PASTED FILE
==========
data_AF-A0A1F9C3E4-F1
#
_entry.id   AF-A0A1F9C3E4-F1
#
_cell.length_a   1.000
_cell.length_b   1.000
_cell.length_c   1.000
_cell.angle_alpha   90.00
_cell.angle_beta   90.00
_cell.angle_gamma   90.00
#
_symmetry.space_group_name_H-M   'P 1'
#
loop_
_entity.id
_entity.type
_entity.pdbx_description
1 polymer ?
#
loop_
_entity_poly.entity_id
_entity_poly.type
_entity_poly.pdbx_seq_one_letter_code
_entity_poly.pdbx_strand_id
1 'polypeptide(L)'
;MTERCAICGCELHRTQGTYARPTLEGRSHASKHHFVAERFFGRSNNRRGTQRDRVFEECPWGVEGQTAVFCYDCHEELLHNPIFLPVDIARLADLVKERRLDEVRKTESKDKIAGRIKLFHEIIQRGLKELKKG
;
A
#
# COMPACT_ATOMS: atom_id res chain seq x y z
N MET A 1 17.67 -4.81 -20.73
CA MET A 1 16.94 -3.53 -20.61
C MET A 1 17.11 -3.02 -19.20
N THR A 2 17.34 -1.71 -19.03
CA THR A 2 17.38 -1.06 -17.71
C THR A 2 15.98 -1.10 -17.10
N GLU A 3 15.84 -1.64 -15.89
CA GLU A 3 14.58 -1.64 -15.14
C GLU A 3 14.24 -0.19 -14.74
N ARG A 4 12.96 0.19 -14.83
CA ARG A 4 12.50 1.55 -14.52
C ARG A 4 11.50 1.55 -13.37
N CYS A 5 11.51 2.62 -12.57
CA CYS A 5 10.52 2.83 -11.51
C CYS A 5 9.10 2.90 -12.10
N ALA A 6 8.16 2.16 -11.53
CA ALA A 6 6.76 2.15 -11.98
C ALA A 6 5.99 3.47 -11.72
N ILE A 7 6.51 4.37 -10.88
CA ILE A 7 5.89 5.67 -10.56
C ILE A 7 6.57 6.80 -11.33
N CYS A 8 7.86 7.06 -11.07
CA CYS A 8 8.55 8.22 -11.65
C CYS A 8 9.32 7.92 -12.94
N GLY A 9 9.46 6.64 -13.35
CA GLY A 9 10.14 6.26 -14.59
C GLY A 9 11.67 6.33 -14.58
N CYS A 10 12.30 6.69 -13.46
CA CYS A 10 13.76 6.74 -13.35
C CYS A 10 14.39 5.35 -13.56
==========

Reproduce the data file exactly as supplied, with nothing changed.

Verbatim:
data_AF-A0A1F9C3E4-F1
#
_entry.id   AF-A0A1F9C3E4-F1
#
_cell.length_a   1.000
_cell.length_b   1.000
_cell.length_c   1.000
_cell.angle_alpha   90.00
_cell.angle_beta   90.00
_cell.angle_gamma   90.00
#
_symmetry.space_group_name_H-M   'P 1'
#
loop_
_entity.id
_entity.type
_entity.pdbx_description
1 polymer ?
#
loop_
_entity_poly.entity_id
_entity_poly.type
_entity_poly.pdbx_seq_one_letter_code
_entity_poly.pdbx_strand_id
1 'polypeptide(L)'
;MTERCAICGCELHRTQGTYARPTLEGRSHASKHHFVAERFFGRSNNRRGTQRDRVFEECPWGVEGQTAVFCYDCHEELLHNPIFLPVDIARLADLVKERRLDEVRKTESKDKIAGRIKLFHEIIQRGLKELKKG
;
A
#
# COMPACT_ATOMS: atom_id res chain seq x y z
N MET A 1 17.67 -4.81 -20.73
CA MET A 1 16.94 -3.53 -20.61
C MET A 1 17.11 -3.02 -19.20
N THR A 2 17.34 -1.71 -19.03
CA THR A 2 17.38 -1.06 -17.71
C THR A 2 15.98 -1.10 -17.10
N GLU A 3 15.84 -1.64 -15.89
CA GLU A 3 14.58 -1.64 -15.14
C GLU A 3 14.24 -0.19 -14.74
N ARG A 4 12.96 0.19 -14.83
CA ARG A 4 12.50 1.55 -14.52
C ARG A 4 11.50 1.55 -13.37
N CYS A 5 11.51 2.62 -12.57
CA CYS A 5 10.52 2.83 -11.51
C CYS A 5 9.10 2.90 -12.10
N ALA A 6 8.16 2.16 -11.53
CA ALA A 6 6.76 2.15 -11.98
C ALA A 6 5.99 3.47 -11.72
N ILE A 7 6.51 4.37 -10.88
CA ILE A 7 5.89 5.67 -10.56
C ILE A 7 6.57 6.80 -11.33
N CYS A 8 7.86 7.06 -11.07
CA CYS A 8 8.55 8.22 -11.65
C CYS A 8 9.32 7.92 -12.94
N GLY A 9 9.46 6.64 -13.35
CA GLY A 9 10.14 6.26 -14.59
C GLY A 9 11.67 6.33 -14.58
N CYS A 10 12.30 6.69 -13.46
CA CYS A 10 13.76 6.74 -13.35
C CYS A 10 14.39 5.35 -13.56